Schneider H.-J.,Saarland University
Hydrogen bonds with organic fluorine are discussed on the background of an ongoing controversy, with an overview on the different methods of investigation, and with many examples, reaching from simple complexes to those involving nucleic acids. Often overlooked experimental values for the free energy of hydrogen bond involving C-F as acceptor depend on the solvent; in CCl 4 they amount with moderately acidic donors to ΔG = 6 kJ mol -1, much higher than with other halogens, placing fluorine as an acceptor between alkanes and arenes. The measured ΔG values increase from primary to secondary to tertiary C-F moieties, ab initio calculations predict an increase from sp 3 to sp 2 to sp 1 carbon. Simultaneous action of several X-H⋯F bridges can lead, even in polar media such as CDCl 3/CD 3CN, to binding constants of 70 [M -1]. Spectroscopic measurements unequivocally establish the presence of such hydrogen bonds, furnishing H⋯F distances as small as 2.02 Å, and X-H⋯F angles close to 180°, which generally agrees with most computational analyses. All computations point to dominating dispersive contributions, in particular for the very weak C-H⋯F interactions. In contrast, crystallographic analyses have led to controversial conclusions. Screening of databases, essentially based on X-ray determinations, often showed only very few structures with short H⋯F distances, for which reason the existence of such hydrogen bonds has been generally questioned. Some database evaluations, however, have shown enough cases for interactions between fluorine and X-H donors, mostly with H⋯F distances around 2.5 Å and X-H⋯F angles around 130°, which makes it difficult to distinguish hydrogen bonds from dispersive interactions. In several cases intermolecular H⋯F bridges dominate, and play a significant role in packing motifs, even when the underlying molecules tend to form only intramolecular bridges in solution. Generally, structures with intramolecular bonds give a clearer picture of X-H⋯F geometries. The limitations in deriving from crystal studies non-covalent binding mechanisms for weak single interactions are discussed. © 2012 The Royal Society of Chemistry. Source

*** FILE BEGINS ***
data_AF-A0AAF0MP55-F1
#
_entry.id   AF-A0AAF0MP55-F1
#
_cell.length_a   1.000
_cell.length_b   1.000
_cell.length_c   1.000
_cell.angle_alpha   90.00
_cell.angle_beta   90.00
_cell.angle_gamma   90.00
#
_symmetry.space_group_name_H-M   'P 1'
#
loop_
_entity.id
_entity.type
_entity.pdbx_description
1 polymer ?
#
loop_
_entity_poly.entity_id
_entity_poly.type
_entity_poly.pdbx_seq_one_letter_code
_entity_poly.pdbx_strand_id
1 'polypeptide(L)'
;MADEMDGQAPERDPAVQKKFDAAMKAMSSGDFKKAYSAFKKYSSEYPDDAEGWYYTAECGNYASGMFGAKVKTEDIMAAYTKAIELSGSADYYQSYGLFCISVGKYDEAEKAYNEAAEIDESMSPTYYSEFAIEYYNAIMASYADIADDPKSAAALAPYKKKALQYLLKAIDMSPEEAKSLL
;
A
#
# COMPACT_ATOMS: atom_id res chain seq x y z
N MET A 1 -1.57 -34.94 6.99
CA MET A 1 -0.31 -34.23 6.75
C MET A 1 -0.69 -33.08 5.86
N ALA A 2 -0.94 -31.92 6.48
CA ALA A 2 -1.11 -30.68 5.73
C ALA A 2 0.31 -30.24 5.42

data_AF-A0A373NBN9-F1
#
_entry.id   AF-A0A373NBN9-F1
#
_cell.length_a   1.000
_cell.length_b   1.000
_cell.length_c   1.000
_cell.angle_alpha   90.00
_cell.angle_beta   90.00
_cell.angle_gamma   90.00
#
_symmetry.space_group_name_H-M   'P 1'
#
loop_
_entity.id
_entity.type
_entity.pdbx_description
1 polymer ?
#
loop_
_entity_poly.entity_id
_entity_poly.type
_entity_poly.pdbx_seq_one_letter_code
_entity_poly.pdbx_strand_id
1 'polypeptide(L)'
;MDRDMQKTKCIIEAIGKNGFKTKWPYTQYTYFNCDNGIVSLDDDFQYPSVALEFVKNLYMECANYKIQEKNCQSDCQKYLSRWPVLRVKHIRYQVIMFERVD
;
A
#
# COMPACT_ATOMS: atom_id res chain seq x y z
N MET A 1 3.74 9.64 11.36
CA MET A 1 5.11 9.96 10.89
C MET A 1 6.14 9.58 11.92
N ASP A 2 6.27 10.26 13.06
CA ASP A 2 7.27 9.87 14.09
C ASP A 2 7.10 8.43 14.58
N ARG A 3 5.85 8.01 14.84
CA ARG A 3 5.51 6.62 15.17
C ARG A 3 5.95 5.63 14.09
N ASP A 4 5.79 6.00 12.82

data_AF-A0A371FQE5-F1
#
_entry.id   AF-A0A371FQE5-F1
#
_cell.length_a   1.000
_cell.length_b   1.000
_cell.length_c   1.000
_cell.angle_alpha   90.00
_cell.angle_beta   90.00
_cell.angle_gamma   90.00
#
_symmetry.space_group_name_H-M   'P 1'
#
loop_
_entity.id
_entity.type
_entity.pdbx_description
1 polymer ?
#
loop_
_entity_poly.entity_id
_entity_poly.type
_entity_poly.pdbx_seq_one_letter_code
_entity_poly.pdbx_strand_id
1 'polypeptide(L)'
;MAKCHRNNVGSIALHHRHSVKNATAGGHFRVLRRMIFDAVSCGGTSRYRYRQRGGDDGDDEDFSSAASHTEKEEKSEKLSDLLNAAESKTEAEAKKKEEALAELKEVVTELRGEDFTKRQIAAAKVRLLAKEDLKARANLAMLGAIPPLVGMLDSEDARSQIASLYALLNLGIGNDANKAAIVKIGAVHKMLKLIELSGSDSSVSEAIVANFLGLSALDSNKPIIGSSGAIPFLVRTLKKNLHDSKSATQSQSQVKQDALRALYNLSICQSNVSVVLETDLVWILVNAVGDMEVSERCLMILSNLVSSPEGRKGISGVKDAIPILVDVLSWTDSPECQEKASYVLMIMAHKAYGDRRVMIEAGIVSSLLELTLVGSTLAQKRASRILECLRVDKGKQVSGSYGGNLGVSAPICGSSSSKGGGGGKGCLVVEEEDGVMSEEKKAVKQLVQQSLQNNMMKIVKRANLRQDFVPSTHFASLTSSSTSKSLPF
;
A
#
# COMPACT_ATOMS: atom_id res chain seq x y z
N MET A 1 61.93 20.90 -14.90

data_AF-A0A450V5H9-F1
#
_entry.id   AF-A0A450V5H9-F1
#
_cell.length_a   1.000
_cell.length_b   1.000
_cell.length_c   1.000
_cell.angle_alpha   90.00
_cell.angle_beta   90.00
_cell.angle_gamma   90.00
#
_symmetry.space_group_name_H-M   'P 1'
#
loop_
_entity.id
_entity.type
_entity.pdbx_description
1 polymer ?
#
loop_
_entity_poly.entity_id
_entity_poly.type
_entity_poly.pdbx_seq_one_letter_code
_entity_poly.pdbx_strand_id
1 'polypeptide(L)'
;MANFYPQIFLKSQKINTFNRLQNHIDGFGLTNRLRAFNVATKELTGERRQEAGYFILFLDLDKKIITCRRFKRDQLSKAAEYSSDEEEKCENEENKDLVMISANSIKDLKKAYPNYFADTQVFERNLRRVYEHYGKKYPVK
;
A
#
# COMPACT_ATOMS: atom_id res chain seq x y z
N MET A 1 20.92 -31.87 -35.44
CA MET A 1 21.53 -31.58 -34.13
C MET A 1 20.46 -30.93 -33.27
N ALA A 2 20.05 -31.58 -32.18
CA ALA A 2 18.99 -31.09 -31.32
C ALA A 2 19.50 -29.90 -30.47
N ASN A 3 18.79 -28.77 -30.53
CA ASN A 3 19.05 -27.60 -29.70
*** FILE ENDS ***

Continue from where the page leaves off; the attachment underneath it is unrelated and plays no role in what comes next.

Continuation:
Saarland University | Date: 2013-06-24
A method for displaying pixels on display devices, comprising: generating one or more pixels by one or more pixel sources; Providing one or more display devices for displaying pixels; transmitting the one or more generated pixels to one or more display devices for displaying the pixels via a network based on a network transmission protocol; and displaying the pixels on the display devices, wherein a plurality of the display devices are synchronized with each other for displaying the pixels and that preferably based on the synchronized display devices a plurality of the pixel sources are synchronized with the plurality of synchronized display devices via the network for synchronous displaying the pixels on the plurality of the display devices. The present invention further relates to a system for displaying pixels on display devices.
Saarland University | Date: 2015-07-29
The invention relates to a process for producing one or more polyunsaturated fatty acids by means of heterologous gene expression comprising the steps of providing a production organism which comprises a heterologous gene cluster encoding a polyunsaturated fatty acid biosynthetic pathway encompassing a subsequence ER encoding an enoylreductase and a subsequence AT encoding an acyltransferase,
Saarland University | Date: 2014-04-22
The present invention relates to novel combinations of active ingredients for use in the prevention and/or treatment of tumors. The tumors treated by the composition according to the invention overexpress SEC62 gene and overproduce Sec62 protein. The combination of active ingredients comprises at least a SERCA inhibitor and at least a Calmodulin antagonist.